Calvary’s Love

We have a busy Saturday ahead of us. I’ve already taken care of bills for the coming week (my, but that was fun), Christi has fixed the tiles in the shower (all of this before 9am), after I finish my devotion and final preparations for tomorrow’s worship, we’re going to a Craft Fair at Keller High School. Then there’s Christmas lights to put up on the house, ornaments to put on the Christmas tree, groceries to be bought, and I don’t remember what else. Oh, yeah. And library books are due!

When I think about how far we’ve come with Stephanie since last December, I just have to give praise to God. Those of you who are close to us know what I’m talking about. Others, if you’re interested, you can read my Diaryland diary from back then. Just click on “archives” and look around December of 2009. All I’m going to say that the awesome power and grace of God is worthy of all of our praise.

Psalm 141:1-2, 8-10

1 A Psalm of David. O LORD, I call upon you; hasten to me! Give ear to my voice when I call to you!
2 Let my prayer be counted as incense before you, and the lifting up of my hands as the evening sacrifice!

8 But my eyes are toward you, O GOD, my Lord; in you I seek refuge; leave me not defenseless!
9 Keep me from the trap that they have laid for me and from the snares of evildoers!
10 Let the wicked fall into their own nets, while I pass by safely.

I like the way the author begins today’s reading. “For many people prayer is a one-liner beginning with ‘Gimme.'” Isn’t that the truth? How many times are our prayers just requests for __________ (fill in the blank)? Even some who consider themselves to be “mature” Christians fill their prayers with nothing more than requests for this or that. Granted, much of the time, they are thinking about others when they make some of those requests, as in healing or blessings for other people. But still, does not God deserve so much more than our “grocery list?” Or a hurried “thank you” over a meal? “For David, prayer was a way of life.”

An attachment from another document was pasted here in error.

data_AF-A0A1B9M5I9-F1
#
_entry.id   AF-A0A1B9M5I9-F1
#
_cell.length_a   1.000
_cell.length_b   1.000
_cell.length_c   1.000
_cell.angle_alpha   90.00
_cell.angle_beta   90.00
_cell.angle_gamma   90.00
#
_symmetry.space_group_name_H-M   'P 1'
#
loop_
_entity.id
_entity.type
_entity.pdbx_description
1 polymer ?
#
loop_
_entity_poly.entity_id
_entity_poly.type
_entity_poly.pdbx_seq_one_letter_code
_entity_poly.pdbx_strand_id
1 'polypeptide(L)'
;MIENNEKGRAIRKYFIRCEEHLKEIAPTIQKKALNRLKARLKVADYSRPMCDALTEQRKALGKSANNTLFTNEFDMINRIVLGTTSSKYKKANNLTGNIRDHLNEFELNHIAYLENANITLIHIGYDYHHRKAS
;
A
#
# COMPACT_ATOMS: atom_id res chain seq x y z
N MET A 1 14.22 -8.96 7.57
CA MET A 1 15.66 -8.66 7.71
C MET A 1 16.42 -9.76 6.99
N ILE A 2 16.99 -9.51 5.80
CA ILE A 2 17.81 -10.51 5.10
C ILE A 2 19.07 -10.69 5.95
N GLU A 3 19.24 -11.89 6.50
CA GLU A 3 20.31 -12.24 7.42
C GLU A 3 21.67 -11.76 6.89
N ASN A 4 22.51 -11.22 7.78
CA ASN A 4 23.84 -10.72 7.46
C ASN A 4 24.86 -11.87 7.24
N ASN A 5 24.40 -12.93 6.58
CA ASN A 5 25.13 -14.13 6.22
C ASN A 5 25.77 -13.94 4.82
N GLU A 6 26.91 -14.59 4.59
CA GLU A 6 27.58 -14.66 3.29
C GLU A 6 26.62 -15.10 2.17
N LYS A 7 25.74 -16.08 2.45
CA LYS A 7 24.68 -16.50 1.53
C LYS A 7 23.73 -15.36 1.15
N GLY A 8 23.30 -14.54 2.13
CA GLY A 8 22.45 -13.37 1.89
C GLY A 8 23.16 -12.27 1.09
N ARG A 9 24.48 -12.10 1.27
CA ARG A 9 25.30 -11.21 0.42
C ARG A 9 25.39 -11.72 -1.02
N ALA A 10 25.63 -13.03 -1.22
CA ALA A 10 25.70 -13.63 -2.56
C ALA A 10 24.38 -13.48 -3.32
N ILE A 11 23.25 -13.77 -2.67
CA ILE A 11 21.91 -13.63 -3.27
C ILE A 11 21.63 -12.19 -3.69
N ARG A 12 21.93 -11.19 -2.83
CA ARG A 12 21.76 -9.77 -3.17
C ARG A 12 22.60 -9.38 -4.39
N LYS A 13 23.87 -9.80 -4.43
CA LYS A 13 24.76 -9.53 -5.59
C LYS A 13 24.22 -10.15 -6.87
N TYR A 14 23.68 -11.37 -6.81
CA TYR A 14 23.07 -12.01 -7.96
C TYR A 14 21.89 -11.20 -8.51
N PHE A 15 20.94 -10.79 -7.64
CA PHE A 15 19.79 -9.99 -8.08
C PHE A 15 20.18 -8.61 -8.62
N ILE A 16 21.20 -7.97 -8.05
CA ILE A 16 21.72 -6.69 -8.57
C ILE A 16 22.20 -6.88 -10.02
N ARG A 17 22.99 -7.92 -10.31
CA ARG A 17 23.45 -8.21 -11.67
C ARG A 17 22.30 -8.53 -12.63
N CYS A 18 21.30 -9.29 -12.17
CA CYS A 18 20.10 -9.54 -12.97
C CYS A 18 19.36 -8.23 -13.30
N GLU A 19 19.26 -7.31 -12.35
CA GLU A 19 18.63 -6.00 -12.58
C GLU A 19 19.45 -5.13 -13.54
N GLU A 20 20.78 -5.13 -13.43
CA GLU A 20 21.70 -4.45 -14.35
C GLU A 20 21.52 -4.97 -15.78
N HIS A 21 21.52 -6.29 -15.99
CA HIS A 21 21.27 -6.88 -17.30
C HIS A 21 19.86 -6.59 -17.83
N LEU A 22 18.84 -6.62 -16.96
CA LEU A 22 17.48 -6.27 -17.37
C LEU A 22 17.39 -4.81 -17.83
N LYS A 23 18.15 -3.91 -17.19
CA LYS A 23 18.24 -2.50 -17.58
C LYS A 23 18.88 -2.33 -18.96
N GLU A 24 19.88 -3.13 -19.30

David begins this prayer with a request (yes, he is asking for something, but look at what it is) for God’s presence! “Hasten to me,” he says. He asks that his prayer be heard. He asks that his prayer be like incense before the Lord, sweet smelling as it rises up to God. He seeks refuge, a place where he can hide from his enemies. He trusts in the defenses of the Lord to keep him from the traps that have been laid for him by his enemies.

The point is, he is not just reading off a list of wants or desires to God. He is pouring out his life, while at the same time, seeking God’s presence in his life. Tomorrow, we will look at more of the Psalm and see him asking God to put a guard over his mouth to keep him from speaking wrongly. David is seeking a righteous life.

Several weeks ago, we had a prayer session at church on a Wednesday evening where all we did for about 20 or 30 minutes was praise God and tell him how awesome he is. Sure, he already knows this, but it does our hearts good to recognize this fact. To pray for a while and not ask for anything was refreshing and invigorating! I left that evening feeling much closer to God, much more alive.

There is nothing wrong with asking God for things. In fact, we are told to, by Jesus. But our prayers should be more than just asking.
(From A Musician Looks At the Psalms, by Don Wyrtzen)

2 Timothy 2:23

Have nothing to do with foolish, ignorant controversies; you know that they breed quarrels.

Sigh. This is gonna hurt.

“The more we follow that which is good, the faster and the further we shall flee from that which is evil. The keeping up the communion of saints, will take us from fellowship with unfruitful works of darkness. See how often the apostle cautions against disputes in religion; which surely shows that religion consists more in believing and practicing what God requires, than in subtle disputes. Those are unfit to teach who are apt to strive, and are fierce and obstinate. Teaching, not persecution, is the Scripture method of dealing with those in error. The same God who gives the discovery of the truth, by his grace brings us to acknowledge it, otherwise our hearts would continue to rebel against it.”

I love to argue. Raise your hand if you’re surprised at this shocking revelation about me. Yeah…that’s what I thought. Don’t see any hands. But Scripture is very clear that we should NOT love to argue. Especially about “religion.” And even more especially (and this may not be explicitly Scriptural, but I believe it, nonetheless) not in front of unbelievers! I’ve been “fierce and obstinate.” And probably, not too long ago. This reading falls into two categories, one that God has been teaching me from a great deal this year. That is how we need to love each other. If I’m being involved in “foolish, ignorant controversies,” I’m not showing love to my brothers and sisters. The other is how we deal with those who are “in error.” We are to teach them, showing them the truth in love. Persecution and ridicule do not show love. There is a method of church discipline (which is rarely used in this day) wherein we are to first attempt to teach and restore a brother who is “in error.” If and only if all of the other tactics fail, then the brother is to be shunned. But, in today’s church, the common method is to do either one of two things. One is to completely ignore the error and embrace the brother, along with his error (which leads to churches with weak theology). The other is to jump straight to the shunning. Both methods are very wrong.